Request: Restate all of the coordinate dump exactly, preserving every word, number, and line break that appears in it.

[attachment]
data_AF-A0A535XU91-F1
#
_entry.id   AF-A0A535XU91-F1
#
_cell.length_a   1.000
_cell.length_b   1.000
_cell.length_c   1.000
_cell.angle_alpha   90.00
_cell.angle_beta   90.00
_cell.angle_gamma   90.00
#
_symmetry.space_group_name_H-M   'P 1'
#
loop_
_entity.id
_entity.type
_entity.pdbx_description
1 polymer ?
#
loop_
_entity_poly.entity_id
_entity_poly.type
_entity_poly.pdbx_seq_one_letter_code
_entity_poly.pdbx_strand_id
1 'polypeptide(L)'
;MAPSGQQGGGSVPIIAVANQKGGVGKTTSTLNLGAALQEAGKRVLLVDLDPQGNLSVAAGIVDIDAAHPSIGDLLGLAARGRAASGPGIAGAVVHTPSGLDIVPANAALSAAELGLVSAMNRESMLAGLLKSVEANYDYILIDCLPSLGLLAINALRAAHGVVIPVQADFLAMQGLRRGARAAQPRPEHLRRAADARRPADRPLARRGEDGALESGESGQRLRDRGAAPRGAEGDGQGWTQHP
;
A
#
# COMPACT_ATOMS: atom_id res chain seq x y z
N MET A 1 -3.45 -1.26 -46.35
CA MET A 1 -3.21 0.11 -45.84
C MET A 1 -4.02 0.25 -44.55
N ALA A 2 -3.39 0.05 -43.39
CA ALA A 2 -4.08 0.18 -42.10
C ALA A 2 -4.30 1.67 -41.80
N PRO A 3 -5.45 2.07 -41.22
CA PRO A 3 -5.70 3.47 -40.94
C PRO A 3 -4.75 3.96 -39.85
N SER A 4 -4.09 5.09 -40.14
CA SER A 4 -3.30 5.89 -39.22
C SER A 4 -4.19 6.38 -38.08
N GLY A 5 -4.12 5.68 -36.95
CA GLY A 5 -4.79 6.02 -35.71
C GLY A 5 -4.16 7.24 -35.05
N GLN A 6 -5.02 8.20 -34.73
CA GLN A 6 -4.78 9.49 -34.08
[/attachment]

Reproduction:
data_AF-A0A535XU91-F1
#
_entry.id   AF-A0A535XU91-F1
#
_cell.length_a   1.000
_cell.length_b   1.000
_cell.length_c   1.000
_cell.angle_alpha   90.00
_cell.angle_beta   90.00
_cell.angle_gamma   90.00
#
_symmetry.space_group_name_H-M   'P 1'
#
loop_
_entity.id
_entity.type
_entity.pdbx_description
1 polymer ?
#
loop_
_entity_poly.entity_id
_entity_poly.type
_entity_poly.pdbx_seq_one_letter_code
_entity_poly.pdbx_strand_id
1 'polypeptide(L)'
;MAPSGQQGGGSVPIIAVANQKGGVGKTTSTLNLGAALQEAGKRVLLVDLDPQGNLSVAAGIVDIDAAHPSIGDLLGLAARGRAASGPGIAGAVVHTPSGLDIVPANAALSAAELGLVSAMNRESMLAGLLKSVEANYDYILIDCLPSLGLLAINALRAAHGVVIPVQADFLAMQGLRRGARAAQPRPEHLRRAADARRPADRPLARRGEDGALESGESGQRLRDRGAAPRGAEGDGQGWTQHP
;
A
#
# COMPACT_ATOMS: atom_id res chain seq x y z
N MET A 1 -3.45 -1.26 -46.35
CA MET A 1 -3.21 0.11 -45.84
C MET A 1 -4.02 0.25 -44.55
N ALA A 2 -3.39 0.05 -43.39
CA ALA A 2 -4.08 0.18 -42.10
C ALA A 2 -4.30 1.67 -41.80
N PRO A 3 -5.45 2.07 -41.22
CA PRO A 3 -5.70 3.47 -40.94
C PRO A 3 -4.75 3.96 -39.85
N SER A 4 -4.09 5.09 -40.14
CA SER A 4 -3.30 5.89 -39.22
C SER A 4 -4.19 6.38 -38.08
N GLY A 5 -4.12 5.68 -36.95
CA GLY A 5 -4.79 6.02 -35.71
C GLY A 5 -4.16 7.24 -35.05
N GLN A 6 -5.02 8.20 -34.73
CA GLN A 6 -4.78 9.49 -34.08